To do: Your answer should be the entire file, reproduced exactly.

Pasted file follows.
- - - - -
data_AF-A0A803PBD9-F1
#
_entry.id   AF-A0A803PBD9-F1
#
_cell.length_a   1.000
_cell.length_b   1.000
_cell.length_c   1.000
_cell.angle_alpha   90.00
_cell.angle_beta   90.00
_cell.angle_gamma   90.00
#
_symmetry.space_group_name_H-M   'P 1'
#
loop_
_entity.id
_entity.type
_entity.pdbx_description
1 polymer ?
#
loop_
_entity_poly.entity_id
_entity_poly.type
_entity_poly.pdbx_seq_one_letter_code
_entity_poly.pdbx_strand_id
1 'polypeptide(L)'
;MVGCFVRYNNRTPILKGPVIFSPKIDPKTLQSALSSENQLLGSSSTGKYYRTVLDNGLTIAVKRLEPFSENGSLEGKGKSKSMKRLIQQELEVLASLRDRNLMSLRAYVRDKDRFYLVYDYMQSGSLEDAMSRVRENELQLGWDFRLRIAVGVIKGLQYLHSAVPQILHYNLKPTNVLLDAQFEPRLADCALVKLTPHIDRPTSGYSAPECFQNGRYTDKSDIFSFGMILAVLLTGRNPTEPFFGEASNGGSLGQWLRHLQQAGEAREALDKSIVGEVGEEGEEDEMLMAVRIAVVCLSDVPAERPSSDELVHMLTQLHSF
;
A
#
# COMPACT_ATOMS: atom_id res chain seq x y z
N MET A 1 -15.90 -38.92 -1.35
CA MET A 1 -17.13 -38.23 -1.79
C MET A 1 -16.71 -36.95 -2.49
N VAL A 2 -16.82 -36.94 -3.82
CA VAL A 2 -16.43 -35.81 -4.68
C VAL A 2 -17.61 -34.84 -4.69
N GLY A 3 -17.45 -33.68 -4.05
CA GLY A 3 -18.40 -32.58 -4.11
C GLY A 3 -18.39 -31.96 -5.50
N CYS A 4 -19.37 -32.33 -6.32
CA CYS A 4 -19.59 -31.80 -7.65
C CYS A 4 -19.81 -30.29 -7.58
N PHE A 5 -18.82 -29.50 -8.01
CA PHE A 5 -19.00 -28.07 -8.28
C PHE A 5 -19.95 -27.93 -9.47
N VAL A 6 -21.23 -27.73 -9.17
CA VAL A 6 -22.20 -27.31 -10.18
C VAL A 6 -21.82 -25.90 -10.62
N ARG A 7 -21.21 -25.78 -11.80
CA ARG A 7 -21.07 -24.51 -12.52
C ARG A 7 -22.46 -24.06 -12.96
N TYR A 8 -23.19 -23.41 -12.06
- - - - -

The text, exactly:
data_AF-A0A803PBD9-F1
#
_entry.id   AF-A0A803PBD9-F1
#
_cell.length_a   1.000
_cell.length_b   1.000
_cell.length_c   1.000
_cell.angle_alpha   90.00
_cell.angle_beta   90.00
_cell.angle_gamma   90.00
#
_symmetry.space_group_name_H-M   'P 1'
#
loop_
_entity.id
_entity.type
_entity.pdbx_description
1 polymer ?
#
loop_
_entity_poly.entity_id
_entity_poly.type
_entity_poly.pdbx_seq_one_letter_code
_entity_poly.pdbx_strand_id
1 'polypeptide(L)'
;MVGCFVRYNNRTPILKGPVIFSPKIDPKTLQSALSSENQLLGSSSTGKYYRTVLDNGLTIAVKRLEPFSENGSLEGKGKSKSMKRLIQQELEVLASLRDRNLMSLRAYVRDKDRFYLVYDYMQSGSLEDAMSRVRENELQLGWDFRLRIAVGVIKGLQYLHSAVPQILHYNLKPTNVLLDAQFEPRLADCALVKLTPHIDRPTSGYSAPECFQNGRYTDKSDIFSFGMILAVLLTGRNPTEPFFGEASNGGSLGQWLRHLQQAGEAREALDKSIVGEVGEEGEEDEMLMAVRIAVVCLSDVPAERPSSDELVHMLTQLHSF
;
A
#
# COMPACT_ATOMS: atom_id res chain seq x y z
N MET A 1 -15.90 -38.92 -1.35
CA MET A 1 -17.13 -38.23 -1.79
C MET A 1 -16.71 -36.95 -2.49
N VAL A 2 -16.82 -36.94 -3.82
CA VAL A 2 -16.43 -35.81 -4.68
C VAL A 2 -17.61 -34.84 -4.69
N GLY A 3 -17.45 -33.68 -4.05
CA GLY A 3 -18.40 -32.58 -4.11
C GLY A 3 -18.39 -31.96 -5.50
N CYS A 4 -19.37 -32.33 -6.32
CA CYS A 4 -19.59 -31.80 -7.65
C CYS A 4 -19.81 -30.29 -7.58
N PHE A 5 -18.82 -29.50 -8.01
CA PHE A 5 -19.00 -28.07 -8.28
C PHE A 5 -19.95 -27.93 -9.47
N VAL A 6 -21.23 -27.73 -9.17
CA VAL A 6 -22.20 -27.31 -10.18
C VAL A 6 -21.82 -25.90 -10.62
N ARG A 7 -21.21 -25.78 -11.80
CA ARG A 7 -21.07 -24.51 -12.52
C ARG A 7 -22.46 -24.06 -12.96
N TYR A 8 -23.19 -23.41 -12.06